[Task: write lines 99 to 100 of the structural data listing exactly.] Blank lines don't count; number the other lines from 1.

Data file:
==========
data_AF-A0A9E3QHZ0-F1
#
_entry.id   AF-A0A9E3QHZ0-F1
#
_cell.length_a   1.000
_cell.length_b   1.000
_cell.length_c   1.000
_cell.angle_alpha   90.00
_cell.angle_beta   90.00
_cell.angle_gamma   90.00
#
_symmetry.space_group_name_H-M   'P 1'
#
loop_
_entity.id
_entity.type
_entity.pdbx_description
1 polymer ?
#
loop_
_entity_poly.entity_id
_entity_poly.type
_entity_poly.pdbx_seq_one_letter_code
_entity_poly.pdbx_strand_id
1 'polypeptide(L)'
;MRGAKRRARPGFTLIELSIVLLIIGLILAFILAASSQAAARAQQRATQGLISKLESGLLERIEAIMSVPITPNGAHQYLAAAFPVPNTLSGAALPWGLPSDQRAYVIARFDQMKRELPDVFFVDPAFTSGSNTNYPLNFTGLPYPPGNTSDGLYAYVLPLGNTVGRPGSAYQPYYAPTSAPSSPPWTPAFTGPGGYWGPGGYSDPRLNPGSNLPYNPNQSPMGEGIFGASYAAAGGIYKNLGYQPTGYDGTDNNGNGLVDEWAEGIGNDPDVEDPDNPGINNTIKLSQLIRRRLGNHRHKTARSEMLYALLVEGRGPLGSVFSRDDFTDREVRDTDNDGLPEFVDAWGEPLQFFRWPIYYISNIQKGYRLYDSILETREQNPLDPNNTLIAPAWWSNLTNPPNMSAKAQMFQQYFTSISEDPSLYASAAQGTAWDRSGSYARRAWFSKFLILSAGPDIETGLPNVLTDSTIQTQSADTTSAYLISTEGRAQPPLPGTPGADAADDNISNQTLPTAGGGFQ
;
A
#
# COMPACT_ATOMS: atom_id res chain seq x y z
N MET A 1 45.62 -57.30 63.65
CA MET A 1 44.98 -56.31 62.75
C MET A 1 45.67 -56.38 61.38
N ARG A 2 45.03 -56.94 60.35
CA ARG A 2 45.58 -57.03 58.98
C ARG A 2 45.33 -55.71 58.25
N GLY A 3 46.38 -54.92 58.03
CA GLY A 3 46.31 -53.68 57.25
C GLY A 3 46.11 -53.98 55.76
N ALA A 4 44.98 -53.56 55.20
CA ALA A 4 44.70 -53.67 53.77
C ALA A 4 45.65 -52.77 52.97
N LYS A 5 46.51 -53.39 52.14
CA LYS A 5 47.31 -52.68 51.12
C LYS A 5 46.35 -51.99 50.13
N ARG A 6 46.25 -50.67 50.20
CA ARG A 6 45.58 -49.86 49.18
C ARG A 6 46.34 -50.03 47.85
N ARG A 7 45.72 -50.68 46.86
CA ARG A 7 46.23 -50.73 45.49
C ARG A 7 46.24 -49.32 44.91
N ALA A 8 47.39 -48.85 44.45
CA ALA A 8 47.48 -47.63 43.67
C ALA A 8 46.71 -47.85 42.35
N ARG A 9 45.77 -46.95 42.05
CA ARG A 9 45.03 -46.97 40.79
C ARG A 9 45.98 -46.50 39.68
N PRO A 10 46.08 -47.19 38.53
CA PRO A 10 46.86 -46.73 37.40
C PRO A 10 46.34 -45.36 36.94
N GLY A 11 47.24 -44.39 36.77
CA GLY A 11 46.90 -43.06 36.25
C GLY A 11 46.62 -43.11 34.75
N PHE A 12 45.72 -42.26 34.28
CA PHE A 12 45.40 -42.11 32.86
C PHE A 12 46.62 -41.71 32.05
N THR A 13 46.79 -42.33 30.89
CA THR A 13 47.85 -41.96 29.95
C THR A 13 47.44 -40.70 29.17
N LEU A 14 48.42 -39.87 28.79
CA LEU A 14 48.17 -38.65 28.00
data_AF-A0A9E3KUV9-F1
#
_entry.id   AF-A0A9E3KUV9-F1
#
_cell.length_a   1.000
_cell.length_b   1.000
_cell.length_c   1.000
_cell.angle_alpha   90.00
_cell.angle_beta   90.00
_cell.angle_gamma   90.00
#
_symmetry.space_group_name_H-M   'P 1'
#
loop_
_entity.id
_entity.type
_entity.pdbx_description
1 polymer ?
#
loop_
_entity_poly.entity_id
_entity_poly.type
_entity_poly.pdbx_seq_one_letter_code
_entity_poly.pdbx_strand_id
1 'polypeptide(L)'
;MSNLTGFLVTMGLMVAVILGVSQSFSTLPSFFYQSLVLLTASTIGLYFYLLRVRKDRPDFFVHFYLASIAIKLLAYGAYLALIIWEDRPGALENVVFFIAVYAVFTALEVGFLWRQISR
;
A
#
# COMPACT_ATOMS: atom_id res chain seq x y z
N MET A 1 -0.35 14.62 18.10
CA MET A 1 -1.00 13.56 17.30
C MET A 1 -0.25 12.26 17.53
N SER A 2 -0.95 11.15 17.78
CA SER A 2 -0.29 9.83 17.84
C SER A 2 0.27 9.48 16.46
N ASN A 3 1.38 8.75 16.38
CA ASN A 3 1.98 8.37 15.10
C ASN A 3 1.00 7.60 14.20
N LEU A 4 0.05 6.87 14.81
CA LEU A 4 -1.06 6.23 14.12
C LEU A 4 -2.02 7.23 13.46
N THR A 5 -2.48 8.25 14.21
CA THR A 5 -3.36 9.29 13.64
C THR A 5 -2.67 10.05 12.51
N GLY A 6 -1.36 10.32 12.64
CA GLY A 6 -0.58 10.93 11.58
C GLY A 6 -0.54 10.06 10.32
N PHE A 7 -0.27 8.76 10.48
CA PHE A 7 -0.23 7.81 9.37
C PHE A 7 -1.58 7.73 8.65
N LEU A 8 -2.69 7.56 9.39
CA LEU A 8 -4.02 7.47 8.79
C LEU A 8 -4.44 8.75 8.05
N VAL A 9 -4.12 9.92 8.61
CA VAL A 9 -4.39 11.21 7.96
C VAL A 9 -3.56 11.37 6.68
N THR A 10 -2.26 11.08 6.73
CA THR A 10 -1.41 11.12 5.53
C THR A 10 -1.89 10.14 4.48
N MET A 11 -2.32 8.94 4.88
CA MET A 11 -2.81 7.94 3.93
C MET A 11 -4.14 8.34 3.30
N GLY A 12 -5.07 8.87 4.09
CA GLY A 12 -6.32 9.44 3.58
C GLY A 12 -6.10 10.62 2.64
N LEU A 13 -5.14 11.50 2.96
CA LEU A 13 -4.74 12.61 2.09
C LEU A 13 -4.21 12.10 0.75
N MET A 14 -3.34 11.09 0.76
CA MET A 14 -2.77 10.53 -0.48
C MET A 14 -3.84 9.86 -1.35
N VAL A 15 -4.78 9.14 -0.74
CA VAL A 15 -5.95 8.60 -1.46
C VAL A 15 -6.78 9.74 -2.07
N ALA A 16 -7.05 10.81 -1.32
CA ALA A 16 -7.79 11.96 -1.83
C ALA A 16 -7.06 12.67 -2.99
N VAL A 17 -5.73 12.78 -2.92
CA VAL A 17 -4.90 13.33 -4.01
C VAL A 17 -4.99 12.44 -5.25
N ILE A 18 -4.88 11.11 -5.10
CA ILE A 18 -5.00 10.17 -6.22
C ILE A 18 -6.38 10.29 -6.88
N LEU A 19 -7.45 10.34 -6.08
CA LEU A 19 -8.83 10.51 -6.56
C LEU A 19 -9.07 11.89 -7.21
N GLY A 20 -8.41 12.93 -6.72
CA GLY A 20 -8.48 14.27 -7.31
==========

A
#